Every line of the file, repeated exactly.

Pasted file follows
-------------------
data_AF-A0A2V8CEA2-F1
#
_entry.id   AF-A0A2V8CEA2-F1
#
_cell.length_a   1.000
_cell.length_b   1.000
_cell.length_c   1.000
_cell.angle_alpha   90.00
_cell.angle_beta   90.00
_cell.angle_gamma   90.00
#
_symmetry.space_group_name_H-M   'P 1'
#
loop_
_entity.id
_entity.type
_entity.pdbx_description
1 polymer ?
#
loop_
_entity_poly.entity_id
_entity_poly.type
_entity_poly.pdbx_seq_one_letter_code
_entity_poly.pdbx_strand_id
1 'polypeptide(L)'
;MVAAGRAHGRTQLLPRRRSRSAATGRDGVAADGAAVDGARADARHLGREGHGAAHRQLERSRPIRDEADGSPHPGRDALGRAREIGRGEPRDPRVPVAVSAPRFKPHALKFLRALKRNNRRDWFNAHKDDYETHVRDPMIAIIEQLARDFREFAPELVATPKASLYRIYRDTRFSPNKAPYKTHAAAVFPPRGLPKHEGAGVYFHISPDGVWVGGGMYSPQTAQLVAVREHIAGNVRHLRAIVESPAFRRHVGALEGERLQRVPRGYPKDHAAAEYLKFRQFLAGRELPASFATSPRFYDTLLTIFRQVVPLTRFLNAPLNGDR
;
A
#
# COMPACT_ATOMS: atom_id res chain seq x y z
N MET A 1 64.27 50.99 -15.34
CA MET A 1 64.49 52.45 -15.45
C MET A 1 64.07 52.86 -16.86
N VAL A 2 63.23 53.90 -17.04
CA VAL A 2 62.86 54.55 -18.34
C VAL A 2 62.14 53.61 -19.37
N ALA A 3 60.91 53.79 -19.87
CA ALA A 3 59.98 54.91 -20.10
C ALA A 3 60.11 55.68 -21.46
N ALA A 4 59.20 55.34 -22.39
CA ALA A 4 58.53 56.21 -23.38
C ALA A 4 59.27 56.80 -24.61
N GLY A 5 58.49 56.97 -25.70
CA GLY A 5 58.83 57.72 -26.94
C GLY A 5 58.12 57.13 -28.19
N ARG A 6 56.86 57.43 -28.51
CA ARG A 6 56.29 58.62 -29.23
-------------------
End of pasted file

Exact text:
data_AF-A0A2V8CEA2-F1
#
_entry.id   AF-A0A2V8CEA2-F1
#
_cell.length_a   1.000
_cell.length_b   1.000
_cell.length_c   1.000
_cell.angle_alpha   90.00
_cell.angle_beta   90.00
_cell.angle_gamma   90.00
#
_symmetry.space_group_name_H-M   'P 1'
#
loop_
_entity.id
_entity.type
_entity.pdbx_description
1 polymer ?
#
loop_
_entity_poly.entity_id
_entity_poly.type
_entity_poly.pdbx_seq_one_letter_code
_entity_poly.pdbx_strand_id
1 'polypeptide(L)'
;MVAAGRAHGRTQLLPRRRSRSAATGRDGVAADGAAVDGARADARHLGREGHGAAHRQLERSRPIRDEADGSPHPGRDALGRAREIGRGEPRDPRVPVAVSAPRFKPHALKFLRALKRNNRRDWFNAHKDDYETHVRDPMIAIIEQLARDFREFAPELVATPKASLYRIYRDTRFSPNKAPYKTHAAAVFPPRGLPKHEGAGVYFHISPDGVWVGGGMYSPQTAQLVAVREHIAGNVRHLRAIVESPAFRRHVGALEGERLQRVPRGYPKDHAAAEYLKFRQFLAGRELPASFATSPRFYDTLLTIFRQVVPLTRFLNAPLNGDR
;
A
#
# COMPACT_ATOMS: atom_id res chain seq x y z
N MET A 1 64.27 50.99 -15.34
CA MET A 1 64.49 52.45 -15.45
C MET A 1 64.07 52.86 -16.86
N VAL A 2 63.23 53.90 -17.04
CA VAL A 2 62.86 54.55 -18.34
C VAL A 2 62.14 53.61 -19.37
N ALA A 3 60.91 53.79 -19.87
CA ALA A 3 59.98 54.91 -20.10
C ALA A 3 60.11 55.68 -21.46
N ALA A 4 59.20 55.34 -22.39
CA ALA A 4 58.53 56.21 -23.38
C ALA A 4 59.27 56.80 -24.61
N GLY A 5 58.49 56.97 -25.70
CA GLY A 5 58.83 57.72 -26.94
C GLY A 5 58.12 57.13 -28.19
N ARG A 6 56.86 57.43 -28.51
CA ARG A 6 56.29 58.62 -29.23